Seniors spend money differently from the average person. Health care accounted for 13 percent of spending for those 65 or older at the time the Center for Retirement Research wrote its paper. It accounted for 5 percent of spending for the general population. Not only do the elderly spend more on health care, but those costs also grow faster than others. [...]The AARP, which has been at the forefront in trying to educate the public and policy makers about the problems a chained CPI would pose for seniors, writes about [pdf] an alternative CPI indexed specifically for the elderly, CPI-E. The government tested the measure from 1982 to 2010, and found it outpaced standard inflation by 0.27 percentage points annually. That's largely because of the out-sized portion of seniors' budget taken up by health care expenses, which consistently outpaces other areas. The AARP graphed out what a CPI-E versus the chained CPI (C-CPI-U) would look like for the average retirees years on Social Security:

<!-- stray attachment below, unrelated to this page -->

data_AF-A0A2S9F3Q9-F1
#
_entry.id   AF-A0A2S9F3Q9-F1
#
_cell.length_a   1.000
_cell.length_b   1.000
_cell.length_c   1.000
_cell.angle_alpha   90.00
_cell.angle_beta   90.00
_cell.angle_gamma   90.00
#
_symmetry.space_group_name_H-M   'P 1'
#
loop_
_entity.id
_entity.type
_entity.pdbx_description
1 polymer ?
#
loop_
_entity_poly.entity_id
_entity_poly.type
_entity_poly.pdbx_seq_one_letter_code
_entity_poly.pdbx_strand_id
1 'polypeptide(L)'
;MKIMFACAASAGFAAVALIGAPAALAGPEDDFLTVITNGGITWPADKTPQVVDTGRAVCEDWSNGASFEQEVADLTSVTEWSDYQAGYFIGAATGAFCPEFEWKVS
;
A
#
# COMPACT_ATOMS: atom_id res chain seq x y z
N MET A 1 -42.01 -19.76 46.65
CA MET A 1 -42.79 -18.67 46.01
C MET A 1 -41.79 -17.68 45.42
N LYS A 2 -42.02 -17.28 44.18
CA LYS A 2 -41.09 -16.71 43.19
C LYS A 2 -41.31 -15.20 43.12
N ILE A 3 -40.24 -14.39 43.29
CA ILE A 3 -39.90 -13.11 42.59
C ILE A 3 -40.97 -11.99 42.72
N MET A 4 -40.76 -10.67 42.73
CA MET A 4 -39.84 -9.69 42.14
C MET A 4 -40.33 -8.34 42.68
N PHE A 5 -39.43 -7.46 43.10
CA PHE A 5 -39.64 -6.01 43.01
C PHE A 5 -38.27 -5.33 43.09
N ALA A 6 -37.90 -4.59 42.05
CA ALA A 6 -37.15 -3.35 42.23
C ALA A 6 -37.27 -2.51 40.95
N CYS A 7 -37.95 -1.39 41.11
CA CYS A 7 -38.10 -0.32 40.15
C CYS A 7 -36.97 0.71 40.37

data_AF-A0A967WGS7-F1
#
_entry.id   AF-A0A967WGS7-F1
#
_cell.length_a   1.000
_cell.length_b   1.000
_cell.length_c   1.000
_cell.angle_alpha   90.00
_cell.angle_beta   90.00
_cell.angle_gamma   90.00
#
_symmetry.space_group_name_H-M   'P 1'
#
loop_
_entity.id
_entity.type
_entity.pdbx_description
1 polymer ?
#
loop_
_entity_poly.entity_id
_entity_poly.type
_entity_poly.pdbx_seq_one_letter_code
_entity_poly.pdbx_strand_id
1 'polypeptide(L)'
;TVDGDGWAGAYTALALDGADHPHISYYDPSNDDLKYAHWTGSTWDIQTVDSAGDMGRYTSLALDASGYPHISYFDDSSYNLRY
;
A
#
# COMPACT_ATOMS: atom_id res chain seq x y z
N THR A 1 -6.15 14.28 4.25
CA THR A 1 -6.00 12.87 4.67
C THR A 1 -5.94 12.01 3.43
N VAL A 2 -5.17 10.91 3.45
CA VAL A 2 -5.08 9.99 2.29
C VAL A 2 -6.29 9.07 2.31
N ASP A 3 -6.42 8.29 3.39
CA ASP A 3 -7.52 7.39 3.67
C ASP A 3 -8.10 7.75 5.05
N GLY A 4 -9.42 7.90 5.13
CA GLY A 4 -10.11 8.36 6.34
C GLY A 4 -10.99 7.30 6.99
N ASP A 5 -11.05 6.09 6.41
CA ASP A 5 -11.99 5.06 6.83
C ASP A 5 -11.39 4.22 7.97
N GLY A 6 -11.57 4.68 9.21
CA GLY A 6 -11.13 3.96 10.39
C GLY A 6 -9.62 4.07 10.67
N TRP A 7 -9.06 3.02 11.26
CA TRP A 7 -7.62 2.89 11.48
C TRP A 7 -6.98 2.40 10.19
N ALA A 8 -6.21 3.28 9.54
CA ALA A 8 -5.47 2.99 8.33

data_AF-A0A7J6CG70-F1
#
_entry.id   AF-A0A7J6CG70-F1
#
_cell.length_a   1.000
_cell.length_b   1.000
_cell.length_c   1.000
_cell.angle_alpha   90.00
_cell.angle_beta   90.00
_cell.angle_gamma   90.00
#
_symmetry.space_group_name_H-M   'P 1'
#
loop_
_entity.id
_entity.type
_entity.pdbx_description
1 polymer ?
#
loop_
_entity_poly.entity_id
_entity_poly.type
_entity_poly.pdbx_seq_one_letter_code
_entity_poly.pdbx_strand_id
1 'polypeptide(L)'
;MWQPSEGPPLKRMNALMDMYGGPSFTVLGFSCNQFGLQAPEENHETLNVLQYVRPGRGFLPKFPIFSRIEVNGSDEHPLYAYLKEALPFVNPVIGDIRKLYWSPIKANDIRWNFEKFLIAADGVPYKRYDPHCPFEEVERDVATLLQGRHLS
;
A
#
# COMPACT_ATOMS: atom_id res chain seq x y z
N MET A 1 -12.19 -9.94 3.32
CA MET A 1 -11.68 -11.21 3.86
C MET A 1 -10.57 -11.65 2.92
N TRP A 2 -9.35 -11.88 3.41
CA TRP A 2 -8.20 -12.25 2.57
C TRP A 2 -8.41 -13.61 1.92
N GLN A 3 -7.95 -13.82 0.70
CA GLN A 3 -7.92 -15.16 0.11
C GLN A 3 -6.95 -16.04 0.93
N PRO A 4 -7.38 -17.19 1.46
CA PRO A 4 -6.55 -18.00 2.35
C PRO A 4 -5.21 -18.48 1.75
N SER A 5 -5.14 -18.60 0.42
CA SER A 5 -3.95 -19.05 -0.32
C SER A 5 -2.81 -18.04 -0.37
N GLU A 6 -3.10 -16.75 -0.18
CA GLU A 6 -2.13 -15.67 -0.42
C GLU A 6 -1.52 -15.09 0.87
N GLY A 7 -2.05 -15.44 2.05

More research also needs to be conducted on how—and whether—the low-income elderly substitute goods, according to the Center for Retirement Research. For low-income seniors, most of their spending goes to essential items such as food, housing, transportation and health care. Because they are already spending so little, they may not have as much room to maneuver around price hikes.
“With little ability to respond to price changes, the poor have no mechanism to offset the full brunt of a price increase,” the center wrote in its report.
It's the wrong policy for a population that is already feeling a major financial squeeze, and should not be a part of President Obama's budget plan, or a concession for that ever-elusive grand bargain with Republicans.